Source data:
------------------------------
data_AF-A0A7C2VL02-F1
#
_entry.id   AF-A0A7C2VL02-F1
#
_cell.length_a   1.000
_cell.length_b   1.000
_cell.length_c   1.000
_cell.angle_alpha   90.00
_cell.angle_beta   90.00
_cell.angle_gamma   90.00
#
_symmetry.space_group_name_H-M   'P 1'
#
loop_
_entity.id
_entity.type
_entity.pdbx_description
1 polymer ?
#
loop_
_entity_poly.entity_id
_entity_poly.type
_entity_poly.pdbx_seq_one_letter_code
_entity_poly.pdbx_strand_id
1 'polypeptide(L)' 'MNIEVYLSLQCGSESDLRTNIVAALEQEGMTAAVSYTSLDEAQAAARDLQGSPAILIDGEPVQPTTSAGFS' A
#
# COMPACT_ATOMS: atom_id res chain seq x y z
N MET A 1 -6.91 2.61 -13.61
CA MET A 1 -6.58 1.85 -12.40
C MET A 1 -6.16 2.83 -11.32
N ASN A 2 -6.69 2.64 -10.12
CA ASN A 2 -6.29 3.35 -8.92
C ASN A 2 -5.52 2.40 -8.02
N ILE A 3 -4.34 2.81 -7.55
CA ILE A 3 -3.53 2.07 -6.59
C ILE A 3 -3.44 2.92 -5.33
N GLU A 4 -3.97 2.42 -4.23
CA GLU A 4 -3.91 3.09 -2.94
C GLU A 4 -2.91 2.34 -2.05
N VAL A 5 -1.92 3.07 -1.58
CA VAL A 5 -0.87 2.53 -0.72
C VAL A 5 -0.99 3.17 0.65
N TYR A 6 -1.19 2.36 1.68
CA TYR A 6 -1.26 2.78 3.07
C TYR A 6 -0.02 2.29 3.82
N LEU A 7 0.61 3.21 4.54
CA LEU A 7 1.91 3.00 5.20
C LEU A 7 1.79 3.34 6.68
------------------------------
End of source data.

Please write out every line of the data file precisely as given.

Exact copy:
data_AF-A0A7C2VL02-F1
#
_entry.id   AF-A0A7C2VL02-F1
#
_cell.length_a   1.000
_cell.length_b   1.000
_cell.length_c   1.000
_cell.angle_alpha   90.00
_cell.angle_beta   90.00
_cell.angle_gamma   90.00
#
_symmetry.space_group_name_H-M   'P 1'
#
loop_
_entity.id
_entity.type
_entity.pdbx_description
1 polymer ?
#
loop_
_entity_poly.entity_id
_entity_poly.type
_entity_poly.pdbx_seq_one_letter_code
_entity_poly.pdbx_strand_id
1 'polypeptide(L)' 'MNIEVYLSLQCGSESDLRTNIVAALEQEGMTAAVSYTSLDEAQAAARDLQGSPAILIDGEPVQPTTSAGFS' A
#
# COMPACT_ATOMS: atom_id res chain seq x y z
N MET A 1 -6.91 2.61 -13.61
CA MET A 1 -6.58 1.85 -12.40
C MET A 1 -6.16 2.83 -11.32
N ASN A 2 -6.69 2.64 -10.12
CA ASN A 2 -6.29 3.35 -8.92
C ASN A 2 -5.52 2.40 -8.02
N ILE A 3 -4.34 2.81 -7.55
CA ILE A 3 -3.53 2.07 -6.59
C ILE A 3 -3.44 2.92 -5.33
N GLU A 4 -3.97 2.42 -4.23
CA GLU A 4 -3.91 3.09 -2.94
C GLU A 4 -2.91 2.34 -2.05
N VAL A 5 -1.92 3.07 -1.58
CA VAL A 5 -0.87 2.53 -0.72
C VAL A 5 -0.99 3.17 0.65
N TYR A 6 -1.19 2.36 1.68
CA TYR A 6 -1.26 2.78 3.07
C TYR A 6 -0.02 2.29 3.82
N LEU A 7 0.61 3.21 4.54
CA LEU A 7 1.91 3.00 5.20
C LEU A 7 1.79 3.34 6.68